Hands-On Experience

Last September, the National Park Service invited Chamberlain's class to interpret the history of the Battle of New Orleans for the upcoming Bicentennial Celebration. The UNO students, who are all working toward master’s degrees in public history, spent last semester developing five interactive exhibits spotlighting unique aspects of the Battle of New Orleans, the grand finale to the series of engagements that pitted Major General Andrew Jackson’s U.S. troops against an invasion by English forces aiming to seize New Orleans and end the War of 1812.

“They had to go into archives and museums and find documents and images and call professional historians who specialize in these fields. At the same time, they had to do two presentations in class. NPS rangers would attend and critique,” Chamberlain said. “It takes a lot of time.”

The Louisiana State Museum, New Orleans Historical Collection, National Park Service and other venues with locally based historical archives helped students in their search for meaningful facts and stories, Chamberlain said. The UNO Political Science Department helped enormously too, producing 42-inch-by-32-inch exhibit panels in-house on a professional printing machine.

Zeroing In

The goal of the project was "to gather information and interpret it in a way that would be digestible to the general public," Chamberlain said. Rather than focus on U.S. soldiers, some UNO students chose to spotlight combatants who supported U.S. troops but fell outside the mainstream culture of the time.

One "really interesting" exhibit depicts contributions of “the Baratarium,” a name military historians use to describe the historical figure Jean Lafitte and his band of pirates, also known as Privateers.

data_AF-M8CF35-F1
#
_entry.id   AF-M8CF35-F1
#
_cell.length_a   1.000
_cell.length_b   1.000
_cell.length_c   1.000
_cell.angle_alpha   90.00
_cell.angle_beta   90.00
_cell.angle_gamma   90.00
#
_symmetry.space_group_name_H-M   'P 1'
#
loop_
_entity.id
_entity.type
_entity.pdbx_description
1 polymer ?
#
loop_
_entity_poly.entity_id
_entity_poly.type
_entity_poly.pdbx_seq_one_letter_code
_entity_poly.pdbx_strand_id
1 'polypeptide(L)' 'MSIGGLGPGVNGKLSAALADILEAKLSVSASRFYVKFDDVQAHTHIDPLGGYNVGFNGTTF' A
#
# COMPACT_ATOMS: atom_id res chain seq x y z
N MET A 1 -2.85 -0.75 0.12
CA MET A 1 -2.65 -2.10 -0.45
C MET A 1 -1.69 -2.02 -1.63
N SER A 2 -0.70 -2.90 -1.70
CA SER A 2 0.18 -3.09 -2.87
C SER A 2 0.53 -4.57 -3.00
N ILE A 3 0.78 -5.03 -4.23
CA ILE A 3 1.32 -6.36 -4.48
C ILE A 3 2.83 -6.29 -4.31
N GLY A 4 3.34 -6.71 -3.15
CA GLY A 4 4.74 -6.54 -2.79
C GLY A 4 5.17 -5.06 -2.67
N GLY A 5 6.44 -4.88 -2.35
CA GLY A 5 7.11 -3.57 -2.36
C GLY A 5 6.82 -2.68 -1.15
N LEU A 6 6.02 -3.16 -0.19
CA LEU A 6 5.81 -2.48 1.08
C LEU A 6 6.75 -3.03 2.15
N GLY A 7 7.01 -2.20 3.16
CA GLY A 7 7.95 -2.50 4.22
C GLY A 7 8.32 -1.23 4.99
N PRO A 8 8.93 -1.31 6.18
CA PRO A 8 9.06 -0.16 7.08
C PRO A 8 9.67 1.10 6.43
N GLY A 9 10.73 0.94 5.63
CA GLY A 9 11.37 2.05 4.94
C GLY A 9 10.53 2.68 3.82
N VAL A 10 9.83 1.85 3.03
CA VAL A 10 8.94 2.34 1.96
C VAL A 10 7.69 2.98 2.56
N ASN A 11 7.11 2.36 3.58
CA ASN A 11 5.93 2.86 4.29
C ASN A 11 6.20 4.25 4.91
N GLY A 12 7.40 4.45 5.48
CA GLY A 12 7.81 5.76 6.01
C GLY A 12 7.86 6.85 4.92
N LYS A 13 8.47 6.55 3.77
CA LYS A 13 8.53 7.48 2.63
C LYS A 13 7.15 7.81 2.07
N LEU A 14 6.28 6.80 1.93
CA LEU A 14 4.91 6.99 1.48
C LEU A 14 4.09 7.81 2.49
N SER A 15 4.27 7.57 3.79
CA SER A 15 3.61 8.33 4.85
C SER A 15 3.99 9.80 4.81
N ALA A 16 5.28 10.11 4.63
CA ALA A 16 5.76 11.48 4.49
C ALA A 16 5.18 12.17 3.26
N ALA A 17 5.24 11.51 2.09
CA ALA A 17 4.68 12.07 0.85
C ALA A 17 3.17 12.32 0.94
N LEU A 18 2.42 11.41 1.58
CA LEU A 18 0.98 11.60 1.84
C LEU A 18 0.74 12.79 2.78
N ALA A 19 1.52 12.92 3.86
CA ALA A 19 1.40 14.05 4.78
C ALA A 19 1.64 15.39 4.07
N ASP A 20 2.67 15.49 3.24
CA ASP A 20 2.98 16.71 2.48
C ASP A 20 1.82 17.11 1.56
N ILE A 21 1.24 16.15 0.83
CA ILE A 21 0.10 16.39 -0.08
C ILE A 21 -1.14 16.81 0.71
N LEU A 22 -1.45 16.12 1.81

As many New Orleanians know, the renegade French leader and his gang based their operations in Barataria, La., where they smuggled goods to New Orleans through Barataria Bay, a passage that connects the mouth of the Mississippi River and the Gulf of Mexico. Pirates traveled through bayous using pirogues and barges. Once vanquished by General Andrew Jackson, the Baratarium made a surprising contribution to the American victory at Chalmette Battlefield.

“Basically they were outlaws until the battle," Chamberlain said. "And then once they fought, they were essential to the victory based on their artillery skills."

An exhibit focused on contributions of free persons of color who fought in the Battle of New Orleans tells the story of Jordan Noble, a 13-year-old drummer who then became an esteemed local African American war veteran until he died in the 1880s. Noble subsequently fought in the Seminole Wars, the Mexican War, and…both sides of the Civil War, Chamberlain said. “He has a long history.”

The Choctaw Nation also fought in support of the U.S. in the dramatic conclusion of the War of 1812.

“General Andrew Jackson recruited them to fight and they were basically fighting guerrilla style,” Chamberlain said, adding that just as the exhibit on Jordan Noble includes a soldier's drum, this interactive exhibit includes Native American music of the Choctaw People.

“For someone who is more visual and tactile in terms of learning information, I think it’s a good way to learn,” said Chamberlain, who invited the UNO community to Chalmette Battlefield on Saturday.